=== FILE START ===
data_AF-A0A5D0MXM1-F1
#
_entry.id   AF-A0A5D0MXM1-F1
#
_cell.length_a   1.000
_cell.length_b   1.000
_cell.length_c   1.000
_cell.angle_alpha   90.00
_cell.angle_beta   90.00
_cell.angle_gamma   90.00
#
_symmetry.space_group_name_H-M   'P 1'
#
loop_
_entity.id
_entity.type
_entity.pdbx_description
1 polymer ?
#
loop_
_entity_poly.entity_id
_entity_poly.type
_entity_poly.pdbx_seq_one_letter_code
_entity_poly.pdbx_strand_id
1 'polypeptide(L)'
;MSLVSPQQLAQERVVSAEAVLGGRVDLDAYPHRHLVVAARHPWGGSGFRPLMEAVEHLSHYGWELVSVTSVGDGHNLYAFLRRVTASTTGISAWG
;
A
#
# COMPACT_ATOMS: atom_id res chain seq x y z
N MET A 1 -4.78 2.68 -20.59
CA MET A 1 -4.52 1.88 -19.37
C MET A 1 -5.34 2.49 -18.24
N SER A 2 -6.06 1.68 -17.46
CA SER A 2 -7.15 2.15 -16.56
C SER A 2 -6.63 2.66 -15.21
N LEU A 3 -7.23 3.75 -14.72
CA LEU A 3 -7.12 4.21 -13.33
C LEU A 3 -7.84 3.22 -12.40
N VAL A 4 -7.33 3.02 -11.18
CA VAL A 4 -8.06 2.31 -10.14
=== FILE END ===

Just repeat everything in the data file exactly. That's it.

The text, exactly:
data_AF-A0A5D0MXM1-F1
#
_entry.id   AF-A0A5D0MXM1-F1
#
_cell.length_a   1.000
_cell.length_b   1.000
_cell.length_c   1.000
_cell.angle_alpha   90.00
_cell.angle_beta   90.00
_cell.angle_gamma   90.00
#
_symmetry.space_group_name_H-M   'P 1'
#
loop_
_entity.id
_entity.type
_entity.pdbx_description
1 polymer ?
#
loop_
_entity_poly.entity_id
_entity_poly.type
_entity_poly.pdbx_seq_one_letter_code
_entity_poly.pdbx_strand_id
1 'polypeptide(L)'
;MSLVSPQQLAQERVVSAEAVLGGRVDLDAYPHRHLVVAARHPWGGSGFRPLMEAVEHLSHYGWELVSVTSVGDGHNLYAFLRRVTASTTGISAWG
;
A
#
# COMPACT_ATOMS: atom_id res chain seq x y z
N MET A 1 -4.78 2.68 -20.59
CA MET A 1 -4.52 1.88 -19.37
C MET A 1 -5.34 2.49 -18.24
N SER A 2 -6.06 1.68 -17.46
CA SER A 2 -7.15 2.15 -16.56
C SER A 2 -6.63 2.66 -15.21
N LEU A 3 -7.23 3.75 -14.72
CA LEU A 3 -7.12 4.21 -13.33
C LEU A 3 -7.84 3.22 -12.40
N VAL A 4 -7.33 3.02 -11.18
CA VAL A 4 -8.06 2.31 -10.14